WASHINGTON, April 30, 2014 -- Idaho is poised to become the latest testing ground for a program to allow state convicts to work on private farms during crucial growing and harvesting period. The new law was enacted as Congress seems unable to address agricultural workforce issues as part of comprehensive immigration reform.
Republican state Sen. Patti Ann Lodge introduced the legislation, aimed at preventing harvests from going to waste as a result of a growing lack of documented farm workers. Lodge said the concept of prisoners working on farms is not new, and has been tried in several states. She said Idaho has been having a problem finding eligible workers who can clear the federal government’s worker authorization system, E-Verify. “I live in a fruit area and we can’t get pickers,” she said.
Lodge said inmates will get paid at least minimum wage, and could earn up to $15.45 an hour. The law will also help convicts develop a work ethic while aiding farmers.
The law, which was signed in March by Gov. C.L. “Butch” Otter (R) and takes effect in July, allows private employers to use volunteer inmate labor in the production, harvesting and processing of perishable food products. It forbids the displacement of employed workers in favor of prison labor.
Income from the work can be used to reduce or offset costs of incarceration or to satisfy court ordered restitution, fines, and other legal judgments. Earnings can also can be used to provide resources for “successful reentry” by inmates into society.
During debate in the state legislature, Lodge said one Democratic lawmaker said the practice amounted to slave labor. “This is nothing to do with being forced,” Lodge said. “Why wouldn’t someone want to get some fresh air?”
Bruce Goldstein, president of Farmworker Justice, said replacing undocumented farm workers with unskilled prisoners will not solve the workforce issue. Goldstein likened Idaho’s move to hiring convicts to work at convenience stores. “You have to have workers that understand the language of the customers,” he said.
“Providing prison labor to agricultural employers is not a solution to the labor relations issues in agriculture,” Goldstein said. Instead, the nation needs immigration reform “to address the fact that the majority of hardworking, productive farmworkers lack authorized immigration status and need a path to immigration status and citizenship.”
Otter spokesman Jon Hanian said the governor did not offer any statement when he signed the measure because he was signing hundreds of bills that day. He said the law is aimed at helping farmers with time-sensitive crops, but only if other labor cannot be found.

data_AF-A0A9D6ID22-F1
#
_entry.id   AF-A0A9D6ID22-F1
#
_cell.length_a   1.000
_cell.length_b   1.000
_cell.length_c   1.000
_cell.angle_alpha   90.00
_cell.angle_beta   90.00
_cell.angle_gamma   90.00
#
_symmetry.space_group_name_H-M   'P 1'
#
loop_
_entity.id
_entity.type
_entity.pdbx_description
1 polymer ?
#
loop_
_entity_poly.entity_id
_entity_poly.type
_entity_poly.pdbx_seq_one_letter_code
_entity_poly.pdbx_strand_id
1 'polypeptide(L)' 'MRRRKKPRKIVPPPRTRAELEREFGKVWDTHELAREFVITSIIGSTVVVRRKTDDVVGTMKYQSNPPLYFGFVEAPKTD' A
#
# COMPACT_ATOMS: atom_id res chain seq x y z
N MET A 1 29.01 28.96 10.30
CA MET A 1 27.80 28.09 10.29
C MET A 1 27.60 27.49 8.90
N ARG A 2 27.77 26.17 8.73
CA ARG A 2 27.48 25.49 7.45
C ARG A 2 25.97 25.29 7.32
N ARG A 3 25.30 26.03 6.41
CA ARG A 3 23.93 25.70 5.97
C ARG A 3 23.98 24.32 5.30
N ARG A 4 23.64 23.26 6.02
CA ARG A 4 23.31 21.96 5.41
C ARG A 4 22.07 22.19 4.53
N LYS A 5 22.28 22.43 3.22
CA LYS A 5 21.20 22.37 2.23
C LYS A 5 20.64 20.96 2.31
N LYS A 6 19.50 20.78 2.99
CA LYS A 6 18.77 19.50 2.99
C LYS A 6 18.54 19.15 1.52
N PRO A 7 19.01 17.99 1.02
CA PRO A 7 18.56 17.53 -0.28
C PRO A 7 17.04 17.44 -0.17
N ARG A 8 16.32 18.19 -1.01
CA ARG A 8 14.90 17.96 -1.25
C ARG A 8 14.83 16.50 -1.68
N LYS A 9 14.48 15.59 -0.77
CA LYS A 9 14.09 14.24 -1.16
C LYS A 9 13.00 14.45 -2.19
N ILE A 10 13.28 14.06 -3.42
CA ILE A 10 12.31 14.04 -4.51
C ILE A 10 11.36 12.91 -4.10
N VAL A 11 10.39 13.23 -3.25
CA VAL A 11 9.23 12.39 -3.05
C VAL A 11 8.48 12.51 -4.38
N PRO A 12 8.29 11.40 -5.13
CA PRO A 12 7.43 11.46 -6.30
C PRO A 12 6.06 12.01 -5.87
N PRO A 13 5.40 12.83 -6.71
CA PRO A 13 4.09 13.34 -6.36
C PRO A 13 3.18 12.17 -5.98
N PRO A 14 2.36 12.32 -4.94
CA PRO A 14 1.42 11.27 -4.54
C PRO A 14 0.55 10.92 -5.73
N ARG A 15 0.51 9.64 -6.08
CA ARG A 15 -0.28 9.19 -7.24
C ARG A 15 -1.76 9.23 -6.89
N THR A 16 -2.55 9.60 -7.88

Several states have prisoners doing an array of work including cleaning highways, collecting trash, and other grunt labor. States such as Alabama, Florida, Arizona, and Washington have had variations of work-release programs for farms that met with failure or limited success.
Georgia tried a similar approach as Idaho in 2011 after undocumented workers left the state en masse due to passage of an anti-immigration bill. Reports indicated that many inmates left the job early due to the heat and work conditions, leaving crops to rot before harvest. At the time, Edward O. Dubose, the president of the NAACP Georgia State Conference, called the practice of hiring inmates to work the fields “shocking and regressive.”
However, success for the program in Idaho arguably could lead to more widespread use of inmates working farmland, especially with the lack of immigration reform and a dearth of documented workers.
Frank Muir, president and chief executive officer of the Idaho Potato Commission, said prisoners have been working on farms in southern Idaho production facilities for many years with good results. The new Idaho law basically codifies the program for the whole state, instead of just various counties allowing the practice. “It’s a win-win situation for prisoners and farmers,” Muir said. “Prisoners get an opportunity to work and get work experience. Obviously to get out of the prison is a welcome experience for them.”
Muir said the new law simply provides clarifications that prisoners cannot be used to displace current workers, but rather as “complementary” workers. “It’s been a positive experience in everything I’ve heard back from prisoners and community and the folks who employ them,” Muir said.
Ken Wright, president of the Washington Farmers Union and owner of a 300-head cattle ranch in Idaho, said the program seems “to be good in theory, but it takes a lot of manpower to match up prisoners with farmers.”
The National Council of Farmer Cooperatives noted that when similar programs were tried in other states like Georgia and Alabama “they proved to be failures.” “Such programs are in no way a substitute for immigration reform,” NCFC said.
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